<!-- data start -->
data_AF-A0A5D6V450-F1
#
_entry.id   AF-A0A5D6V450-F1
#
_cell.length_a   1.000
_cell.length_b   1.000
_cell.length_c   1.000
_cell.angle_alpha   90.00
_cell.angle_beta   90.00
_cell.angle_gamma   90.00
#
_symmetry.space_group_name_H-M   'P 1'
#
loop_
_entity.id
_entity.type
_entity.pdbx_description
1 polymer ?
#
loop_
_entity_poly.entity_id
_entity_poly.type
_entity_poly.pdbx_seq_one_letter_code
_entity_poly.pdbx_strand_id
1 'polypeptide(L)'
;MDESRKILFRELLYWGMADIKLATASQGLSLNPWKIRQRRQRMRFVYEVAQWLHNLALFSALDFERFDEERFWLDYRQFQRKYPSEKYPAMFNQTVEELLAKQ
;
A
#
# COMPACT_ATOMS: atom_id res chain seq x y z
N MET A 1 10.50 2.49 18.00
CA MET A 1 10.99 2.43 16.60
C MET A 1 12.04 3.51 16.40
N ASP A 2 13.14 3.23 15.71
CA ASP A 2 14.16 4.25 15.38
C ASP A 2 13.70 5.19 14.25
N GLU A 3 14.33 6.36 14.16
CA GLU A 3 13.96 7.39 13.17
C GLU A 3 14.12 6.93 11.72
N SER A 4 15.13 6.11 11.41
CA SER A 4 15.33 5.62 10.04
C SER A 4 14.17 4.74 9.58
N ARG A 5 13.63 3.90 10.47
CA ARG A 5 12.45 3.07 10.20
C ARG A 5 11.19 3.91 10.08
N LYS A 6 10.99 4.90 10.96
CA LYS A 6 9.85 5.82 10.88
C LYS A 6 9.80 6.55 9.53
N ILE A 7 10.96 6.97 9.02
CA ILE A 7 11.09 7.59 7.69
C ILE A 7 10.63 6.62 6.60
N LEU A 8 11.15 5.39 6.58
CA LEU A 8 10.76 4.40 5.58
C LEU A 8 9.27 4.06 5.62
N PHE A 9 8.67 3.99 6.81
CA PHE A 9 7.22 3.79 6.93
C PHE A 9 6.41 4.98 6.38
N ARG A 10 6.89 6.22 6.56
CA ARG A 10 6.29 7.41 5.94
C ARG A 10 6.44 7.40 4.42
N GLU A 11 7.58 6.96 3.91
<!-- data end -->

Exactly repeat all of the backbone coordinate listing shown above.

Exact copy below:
data_AF-A0A5D6V450-F1
#
_entry.id   AF-A0A5D6V450-F1
#
_cell.length_a   1.000
_cell.length_b   1.000
_cell.length_c   1.000
_cell.angle_alpha   90.00
_cell.angle_beta   90.00
_cell.angle_gamma   90.00
#
_symmetry.space_group_name_H-M   'P 1'
#
loop_
_entity.id
_entity.type
_entity.pdbx_description
1 polymer ?
#
loop_
_entity_poly.entity_id
_entity_poly.type
_entity_poly.pdbx_seq_one_letter_code
_entity_poly.pdbx_strand_id
1 'polypeptide(L)'
;MDESRKILFRELLYWGMADIKLATASQGLSLNPWKIRQRRQRMRFVYEVAQWLHNLALFSALDFERFDEERFWLDYRQFQRKYPSEKYPAMFNQTVEELLAKQ
;
A
#
# COMPACT_ATOMS: atom_id res chain seq x y z
N MET A 1 10.50 2.49 18.00
CA MET A 1 10.99 2.43 16.60
C MET A 1 12.04 3.51 16.40
N ASP A 2 13.14 3.23 15.71
CA ASP A 2 14.16 4.25 15.38
C ASP A 2 13.70 5.19 14.25
N GLU A 3 14.33 6.36 14.16
CA GLU A 3 13.96 7.39 13.17
C GLU A 3 14.12 6.93 11.72
N SER A 4 15.13 6.11 11.41
CA SER A 4 15.33 5.62 10.04
C SER A 4 14.17 4.74 9.58
N ARG A 5 13.63 3.90 10.47
CA ARG A 5 12.45 3.07 10.20
C ARG A 5 11.19 3.91 10.08
N LYS A 6 10.99 4.90 10.96
CA LYS A 6 9.85 5.82 10.88
C LYS A 6 9.80 6.55 9.53
N ILE A 7 10.96 6.97 9.02
CA ILE A 7 11.09 7.59 7.69
C ILE A 7 10.63 6.62 6.60
N LEU A 8 11.15 5.39 6.58
CA LEU A 8 10.76 4.40 5.58
C LEU A 8 9.27 4.06 5.62
N PHE A 9 8.67 3.99 6.81
CA PHE A 9 7.22 3.79 6.93
C PHE A 9 6.41 4.98 6.38
N ARG A 10 6.89 6.22 6.56
CA ARG A 10 6.29 7.41 5.94
C ARG A 10 6.44 7.40 4.42
N GLU A 11 7.58 6.96 3.91